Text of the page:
The series, which took place early in the first game of the season, included three high-point fades, broken up only by a third-down stretch run to the left by Rashad Jennings.
During the broadcast, the analysts were less than amused.
"How about this play selection?" Jon Gruden said after the second-down fade, just a few moments after calling the first-down fade -- a play he could see coming from a mile away. "First and goal from the 1, two high-point fades!"
Even Tom Coughlin, after watching the eerily similar set of play-calls roll out, was hoping for a second chance.
"In hindsight," he said Sunday, "we should've run the ball."
This past weekend, McAdoo did not break up the fades with a run. He did, however, call the exact same type of play out of the same formation (shotgun, two wide receivers left, tight end to the right on the line, single receiver wide right) on first down. The only noticeable difference was that Victor Cruz was replaced in the slot on the left side by Preston Parker. Corey Washington was replaced by Odell Beckham as the lone wideout on the right side.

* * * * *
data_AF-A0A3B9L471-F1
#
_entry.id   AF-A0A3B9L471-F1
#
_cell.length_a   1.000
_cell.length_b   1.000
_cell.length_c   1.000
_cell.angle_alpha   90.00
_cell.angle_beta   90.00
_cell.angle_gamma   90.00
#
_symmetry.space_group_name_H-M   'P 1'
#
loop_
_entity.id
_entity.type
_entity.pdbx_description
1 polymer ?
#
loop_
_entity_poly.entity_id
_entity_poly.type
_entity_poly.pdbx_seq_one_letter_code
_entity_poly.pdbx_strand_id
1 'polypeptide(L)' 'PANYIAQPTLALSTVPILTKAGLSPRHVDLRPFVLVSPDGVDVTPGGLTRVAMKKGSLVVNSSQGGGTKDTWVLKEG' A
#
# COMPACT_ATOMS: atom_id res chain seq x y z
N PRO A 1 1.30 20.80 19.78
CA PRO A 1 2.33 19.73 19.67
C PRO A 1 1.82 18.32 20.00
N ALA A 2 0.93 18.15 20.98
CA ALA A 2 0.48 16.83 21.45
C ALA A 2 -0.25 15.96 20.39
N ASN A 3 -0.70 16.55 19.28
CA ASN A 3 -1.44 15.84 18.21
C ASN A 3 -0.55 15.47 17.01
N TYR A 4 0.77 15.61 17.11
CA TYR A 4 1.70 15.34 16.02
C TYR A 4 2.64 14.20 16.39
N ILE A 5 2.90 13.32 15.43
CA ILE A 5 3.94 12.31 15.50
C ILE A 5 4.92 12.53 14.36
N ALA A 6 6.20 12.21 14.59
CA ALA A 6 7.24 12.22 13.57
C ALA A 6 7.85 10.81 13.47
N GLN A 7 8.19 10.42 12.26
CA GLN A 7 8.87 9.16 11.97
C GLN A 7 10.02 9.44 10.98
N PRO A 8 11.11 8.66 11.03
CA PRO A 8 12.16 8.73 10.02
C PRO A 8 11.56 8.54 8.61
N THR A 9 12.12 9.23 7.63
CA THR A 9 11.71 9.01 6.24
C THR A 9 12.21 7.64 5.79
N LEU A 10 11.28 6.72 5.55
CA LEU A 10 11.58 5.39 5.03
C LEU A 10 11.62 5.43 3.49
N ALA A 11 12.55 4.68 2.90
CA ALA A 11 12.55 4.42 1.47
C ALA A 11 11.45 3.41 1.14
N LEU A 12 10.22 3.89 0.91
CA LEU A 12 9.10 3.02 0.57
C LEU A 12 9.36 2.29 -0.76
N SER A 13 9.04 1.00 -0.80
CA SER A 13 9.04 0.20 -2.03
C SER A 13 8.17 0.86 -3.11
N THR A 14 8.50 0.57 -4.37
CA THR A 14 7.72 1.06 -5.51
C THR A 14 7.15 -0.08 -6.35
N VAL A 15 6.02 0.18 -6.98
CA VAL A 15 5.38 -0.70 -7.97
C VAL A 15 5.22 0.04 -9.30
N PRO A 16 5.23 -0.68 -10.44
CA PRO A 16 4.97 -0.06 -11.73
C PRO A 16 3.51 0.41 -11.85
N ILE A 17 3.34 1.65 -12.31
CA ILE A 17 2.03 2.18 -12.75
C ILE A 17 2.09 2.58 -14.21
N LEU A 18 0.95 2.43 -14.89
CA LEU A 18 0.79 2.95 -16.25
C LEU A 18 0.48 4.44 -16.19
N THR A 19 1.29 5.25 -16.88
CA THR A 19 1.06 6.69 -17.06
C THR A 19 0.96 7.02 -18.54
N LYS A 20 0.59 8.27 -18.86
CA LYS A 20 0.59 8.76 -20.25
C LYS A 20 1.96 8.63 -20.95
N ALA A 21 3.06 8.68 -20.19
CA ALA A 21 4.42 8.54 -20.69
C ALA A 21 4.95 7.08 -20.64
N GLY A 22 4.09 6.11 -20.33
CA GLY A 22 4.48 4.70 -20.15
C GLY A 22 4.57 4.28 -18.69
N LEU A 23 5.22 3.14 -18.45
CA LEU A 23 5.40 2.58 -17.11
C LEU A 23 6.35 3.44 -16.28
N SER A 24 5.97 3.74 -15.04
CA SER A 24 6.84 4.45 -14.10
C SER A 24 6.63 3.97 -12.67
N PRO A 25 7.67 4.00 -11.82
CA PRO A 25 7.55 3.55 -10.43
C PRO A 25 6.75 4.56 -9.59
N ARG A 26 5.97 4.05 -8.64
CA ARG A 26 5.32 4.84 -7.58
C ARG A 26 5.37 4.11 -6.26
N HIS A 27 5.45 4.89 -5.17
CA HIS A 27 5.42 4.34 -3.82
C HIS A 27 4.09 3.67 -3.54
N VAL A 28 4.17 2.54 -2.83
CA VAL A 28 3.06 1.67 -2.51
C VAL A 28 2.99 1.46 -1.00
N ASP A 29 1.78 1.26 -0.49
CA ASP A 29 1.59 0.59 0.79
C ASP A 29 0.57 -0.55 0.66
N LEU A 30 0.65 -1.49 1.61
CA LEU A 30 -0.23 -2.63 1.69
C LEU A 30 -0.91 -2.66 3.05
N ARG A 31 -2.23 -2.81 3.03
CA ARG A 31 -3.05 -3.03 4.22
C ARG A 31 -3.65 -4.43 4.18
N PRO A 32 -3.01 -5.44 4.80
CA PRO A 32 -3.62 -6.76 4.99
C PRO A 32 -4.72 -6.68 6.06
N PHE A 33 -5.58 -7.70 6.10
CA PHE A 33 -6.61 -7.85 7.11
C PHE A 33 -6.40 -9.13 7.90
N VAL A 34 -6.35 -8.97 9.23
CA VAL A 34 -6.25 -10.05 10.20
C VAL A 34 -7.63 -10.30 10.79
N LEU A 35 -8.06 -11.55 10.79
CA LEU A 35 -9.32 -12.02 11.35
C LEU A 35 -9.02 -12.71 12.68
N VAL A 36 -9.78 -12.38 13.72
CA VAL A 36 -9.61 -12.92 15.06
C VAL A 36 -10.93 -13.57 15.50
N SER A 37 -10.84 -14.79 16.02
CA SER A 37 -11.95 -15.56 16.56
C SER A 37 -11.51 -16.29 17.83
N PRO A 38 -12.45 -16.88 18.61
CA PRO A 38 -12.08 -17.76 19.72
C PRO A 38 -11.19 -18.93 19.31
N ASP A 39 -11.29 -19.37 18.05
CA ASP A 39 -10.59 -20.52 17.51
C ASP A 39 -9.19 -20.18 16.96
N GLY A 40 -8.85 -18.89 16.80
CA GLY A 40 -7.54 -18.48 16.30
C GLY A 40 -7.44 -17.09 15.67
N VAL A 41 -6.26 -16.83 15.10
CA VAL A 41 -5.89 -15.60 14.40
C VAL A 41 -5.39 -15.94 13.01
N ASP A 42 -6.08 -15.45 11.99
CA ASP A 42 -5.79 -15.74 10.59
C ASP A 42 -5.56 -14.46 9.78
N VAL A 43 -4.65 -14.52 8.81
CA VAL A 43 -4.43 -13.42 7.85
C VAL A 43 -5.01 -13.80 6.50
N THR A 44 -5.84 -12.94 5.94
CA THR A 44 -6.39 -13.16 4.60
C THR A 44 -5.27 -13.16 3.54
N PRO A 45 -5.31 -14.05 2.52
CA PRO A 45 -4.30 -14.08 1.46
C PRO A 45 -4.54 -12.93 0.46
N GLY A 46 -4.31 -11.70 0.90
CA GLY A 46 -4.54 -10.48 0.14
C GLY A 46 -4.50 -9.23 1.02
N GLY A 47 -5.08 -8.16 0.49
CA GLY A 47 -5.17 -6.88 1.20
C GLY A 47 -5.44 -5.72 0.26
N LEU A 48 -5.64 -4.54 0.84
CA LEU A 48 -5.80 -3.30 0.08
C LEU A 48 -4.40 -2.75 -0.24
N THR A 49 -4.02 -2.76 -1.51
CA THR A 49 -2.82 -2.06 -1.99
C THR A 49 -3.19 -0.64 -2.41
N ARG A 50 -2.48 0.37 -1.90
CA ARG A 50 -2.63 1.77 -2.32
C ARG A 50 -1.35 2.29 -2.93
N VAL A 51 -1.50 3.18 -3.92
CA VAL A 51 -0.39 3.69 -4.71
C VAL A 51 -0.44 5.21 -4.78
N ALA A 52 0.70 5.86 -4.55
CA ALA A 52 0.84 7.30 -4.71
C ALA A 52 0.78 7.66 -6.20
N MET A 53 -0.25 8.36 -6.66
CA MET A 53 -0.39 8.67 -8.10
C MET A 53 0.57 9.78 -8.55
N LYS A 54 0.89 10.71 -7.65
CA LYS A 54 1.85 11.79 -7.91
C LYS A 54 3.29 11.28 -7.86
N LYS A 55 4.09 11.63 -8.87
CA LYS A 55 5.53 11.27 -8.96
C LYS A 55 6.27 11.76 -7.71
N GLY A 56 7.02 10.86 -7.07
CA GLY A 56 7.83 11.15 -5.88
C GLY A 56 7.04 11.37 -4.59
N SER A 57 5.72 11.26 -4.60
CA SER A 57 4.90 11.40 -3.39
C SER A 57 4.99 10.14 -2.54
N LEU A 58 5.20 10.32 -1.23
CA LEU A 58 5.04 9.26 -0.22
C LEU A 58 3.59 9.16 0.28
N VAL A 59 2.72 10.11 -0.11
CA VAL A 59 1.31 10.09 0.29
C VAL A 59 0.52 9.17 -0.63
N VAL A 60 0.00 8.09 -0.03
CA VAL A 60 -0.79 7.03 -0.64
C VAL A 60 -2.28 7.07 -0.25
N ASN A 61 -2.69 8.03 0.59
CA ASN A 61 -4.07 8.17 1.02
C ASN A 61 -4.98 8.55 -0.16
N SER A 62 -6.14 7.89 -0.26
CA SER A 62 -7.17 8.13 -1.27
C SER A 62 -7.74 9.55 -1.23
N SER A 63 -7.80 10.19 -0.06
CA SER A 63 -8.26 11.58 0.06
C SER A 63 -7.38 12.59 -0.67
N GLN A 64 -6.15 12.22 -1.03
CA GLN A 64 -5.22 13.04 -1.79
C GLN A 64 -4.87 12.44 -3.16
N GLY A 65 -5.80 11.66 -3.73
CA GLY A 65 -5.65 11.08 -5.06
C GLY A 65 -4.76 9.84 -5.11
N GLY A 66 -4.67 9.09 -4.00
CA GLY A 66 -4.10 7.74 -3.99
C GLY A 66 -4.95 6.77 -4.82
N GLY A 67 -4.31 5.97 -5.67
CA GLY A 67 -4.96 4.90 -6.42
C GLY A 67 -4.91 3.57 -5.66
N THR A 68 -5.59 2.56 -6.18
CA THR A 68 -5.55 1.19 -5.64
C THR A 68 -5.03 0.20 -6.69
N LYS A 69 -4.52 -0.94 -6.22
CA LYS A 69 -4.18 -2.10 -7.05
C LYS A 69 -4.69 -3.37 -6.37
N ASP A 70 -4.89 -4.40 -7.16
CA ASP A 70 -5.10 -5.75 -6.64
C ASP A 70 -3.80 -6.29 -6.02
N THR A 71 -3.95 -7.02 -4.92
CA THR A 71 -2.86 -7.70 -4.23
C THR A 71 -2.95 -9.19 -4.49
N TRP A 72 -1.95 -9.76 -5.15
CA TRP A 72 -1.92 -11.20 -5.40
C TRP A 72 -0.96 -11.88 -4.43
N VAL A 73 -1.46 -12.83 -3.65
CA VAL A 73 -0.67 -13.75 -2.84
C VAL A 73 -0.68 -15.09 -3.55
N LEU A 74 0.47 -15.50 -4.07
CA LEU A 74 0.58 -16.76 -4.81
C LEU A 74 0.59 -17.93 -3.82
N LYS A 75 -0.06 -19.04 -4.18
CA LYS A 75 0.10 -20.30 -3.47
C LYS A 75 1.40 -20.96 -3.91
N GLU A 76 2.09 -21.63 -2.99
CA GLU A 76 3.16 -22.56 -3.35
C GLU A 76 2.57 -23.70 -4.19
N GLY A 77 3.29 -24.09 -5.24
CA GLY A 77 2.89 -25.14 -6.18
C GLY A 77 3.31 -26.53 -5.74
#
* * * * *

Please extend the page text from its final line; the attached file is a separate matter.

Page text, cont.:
Both times, the ball went to the right, and both times the ball fell incomplete.
McAdoo also used the same call on third down Sunday as he did on fourth down during that Week 1 loss. Against Detroit, it was a touchdown pass to Larry Donnell. Against San Francisco, Donnell dropped the ball upon landing.
"That's how we've scored a bunch of times. I have a problem that they didn't score," Coughlin said.
Once again, the analysts were puzzled. Before the third-down fade to Donnell, John Lynch said: "I think going to the fade again would be a little much."
And yet ...
This was not a series that defined the Giants this season. Even if they did win, they would have needed a monumental collapse somewhere else atop the NFC East to make a serious run. But it is interesting to keep an eye on for the future, especially when a new coordinator with so little tape available on him goes back to the well in such a glaring way.
One can argue that the matchups were there. McAdoo got the single coverage he was looking for. In the past he has talked about his comfort level with calling the same play over and over. But at best, is a fade not a 50-50 chance? Would it not be worse? That is on top of the fact that, according to the New York Times Fourth Down Bot, any play from that distance has a 34 percent chance of succeeding.
"We did have some runs in the second half -- not a lot, but we did have some decent runs," Coughlin said Sunday when asked why the Giants didn't even attempt a run. "But we're trying to score right now."